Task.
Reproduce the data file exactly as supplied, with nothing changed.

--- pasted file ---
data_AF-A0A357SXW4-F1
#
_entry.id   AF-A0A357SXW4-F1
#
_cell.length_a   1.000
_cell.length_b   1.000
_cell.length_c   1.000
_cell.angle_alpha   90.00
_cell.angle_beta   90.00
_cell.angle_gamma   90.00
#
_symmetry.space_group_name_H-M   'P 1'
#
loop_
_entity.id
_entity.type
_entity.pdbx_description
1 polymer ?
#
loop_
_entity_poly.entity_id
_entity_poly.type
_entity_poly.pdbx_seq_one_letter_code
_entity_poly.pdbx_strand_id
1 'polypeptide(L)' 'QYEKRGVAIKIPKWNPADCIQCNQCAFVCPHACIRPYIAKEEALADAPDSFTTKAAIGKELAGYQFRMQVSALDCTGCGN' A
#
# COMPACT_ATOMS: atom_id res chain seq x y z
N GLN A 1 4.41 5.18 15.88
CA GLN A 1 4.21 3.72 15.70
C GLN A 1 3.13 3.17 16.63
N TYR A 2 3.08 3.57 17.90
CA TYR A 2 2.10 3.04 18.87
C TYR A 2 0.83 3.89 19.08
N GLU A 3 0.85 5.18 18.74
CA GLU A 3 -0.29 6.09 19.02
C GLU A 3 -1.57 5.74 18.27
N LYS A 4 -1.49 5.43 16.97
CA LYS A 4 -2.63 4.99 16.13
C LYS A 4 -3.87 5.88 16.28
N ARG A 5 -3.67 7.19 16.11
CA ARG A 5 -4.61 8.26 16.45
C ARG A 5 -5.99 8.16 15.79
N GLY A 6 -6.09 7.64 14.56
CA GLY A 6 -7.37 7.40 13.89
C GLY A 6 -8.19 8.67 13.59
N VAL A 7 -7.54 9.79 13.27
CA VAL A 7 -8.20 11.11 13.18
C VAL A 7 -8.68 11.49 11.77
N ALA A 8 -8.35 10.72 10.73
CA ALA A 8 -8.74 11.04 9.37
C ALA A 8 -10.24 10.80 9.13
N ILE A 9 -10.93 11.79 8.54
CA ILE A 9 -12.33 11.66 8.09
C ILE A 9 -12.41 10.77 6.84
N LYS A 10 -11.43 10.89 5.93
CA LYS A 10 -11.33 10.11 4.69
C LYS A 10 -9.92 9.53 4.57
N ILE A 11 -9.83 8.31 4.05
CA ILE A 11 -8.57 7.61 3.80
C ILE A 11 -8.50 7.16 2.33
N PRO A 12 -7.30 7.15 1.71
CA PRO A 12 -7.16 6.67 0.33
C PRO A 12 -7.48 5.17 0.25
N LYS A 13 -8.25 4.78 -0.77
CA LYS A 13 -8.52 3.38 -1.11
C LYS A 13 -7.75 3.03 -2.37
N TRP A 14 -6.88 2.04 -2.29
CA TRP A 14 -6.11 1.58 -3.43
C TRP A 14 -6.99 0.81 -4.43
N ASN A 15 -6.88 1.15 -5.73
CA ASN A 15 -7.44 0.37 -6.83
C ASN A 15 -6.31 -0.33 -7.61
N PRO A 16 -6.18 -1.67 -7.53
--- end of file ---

data_AF-A0A357SXW4-F1
#
_entry.id   AF-A0A357SXW4-F1
#
_cell.length_a   1.000
_cell.length_b   1.000
_cell.length_c   1.000
_cell.angle_alpha   90.00
_cell.angle_beta   90.00
_cell.angle_gamma   90.00
#
_symmetry.space_group_name_H-M   'P 1'
#
loop_
_entity.id
_entity.type
_entity.pdbx_description
1 polymer ?
#
loop_
_entity_poly.entity_id
_entity_poly.type
_entity_poly.pdbx_seq_one_letter_code
_entity_poly.pdbx_strand_id
1 'polypeptide(L)' 'QYEKRGVAIKIPKWNPADCIQCNQCAFVCPHACIRPYIAKEEALADAPDSFTTKAAIGKELAGYQFRMQVSALDCTGCGN' A
#
# COMPACT_ATOMS: atom_id res chain seq x y z
N GLN A 1 4.41 5.18 15.88
CA GLN A 1 4.21 3.72 15.70
C GLN A 1 3.13 3.17 16.63
N TYR A 2 3.08 3.57 17.90
CA TYR A 2 2.10 3.04 18.87
C TYR A 2 0.83 3.89 19.08
N GLU A 3 0.85 5.18 18.74
CA GLU A 3 -0.29 6.09 19.02
C GLU A 3 -1.57 5.74 18.27
N LYS A 4 -1.49 5.43 16.97
CA LYS A 4 -2.63 4.99 16.13
C LYS A 4 -3.87 5.88 16.28
N ARG A 5 -3.67 7.19 16.11
CA ARG A 5 -4.61 8.26 16.45
C ARG A 5 -5.99 8.16 15.79
N GLY A 6 -6.09 7.64 14.56
CA GLY A 6 -7.37 7.40 13.89
C GLY A 6 -8.19 8.67 13.59
N VAL A 7 -7.54 9.79 13.27
CA VAL A 7 -8.20 11.11 13.18
C VAL A 7 -8.68 11.49 11.77
N ALA A 8 -8.35 10.72 10.73
CA ALA A 8 -8.74 11.04 9.37
C ALA A 8 -10.24 10.80 9.13
N ILE A 9 -10.93 11.79 8.54
CA ILE A 9 -12.33 11.66 8.09
C ILE A 9 -12.41 10.77 6.84
N LYS A 10 -11.43 10.89 5.93
CA LYS A 10 -11.33 10.11 4.69
C LYS A 10 -9.92 9.53 4.57
N ILE A 11 -9.83 8.31 4.05
CA ILE A 11 -8.57 7.61 3.80
C ILE A 11 -8.50 7.16 2.33
N PRO A 12 -7.30 7.15 1.71
CA PRO A 12 -7.16 6.67 0.33
C PRO A 12 -7.48 5.17 0.25
N LYS A 13 -8.25 4.78 -0.77
CA LYS A 13 -8.52 3.38 -1.11
C LYS A 13 -7.75 3.03 -2.37
N TRP A 14 -6.88 2.04 -2.29
CA TRP A 14 -6.11 1.58 -3.43
C TRP A 14 -6.99 0.81 -4.43
N ASN A 15 -6.88 1.15 -5.73
CA ASN A 15 -7.44 0.37 -6.83
C ASN A 15 -6.31 -0.33 -7.61
N PRO A 16 -6.18 -1.67 -7.53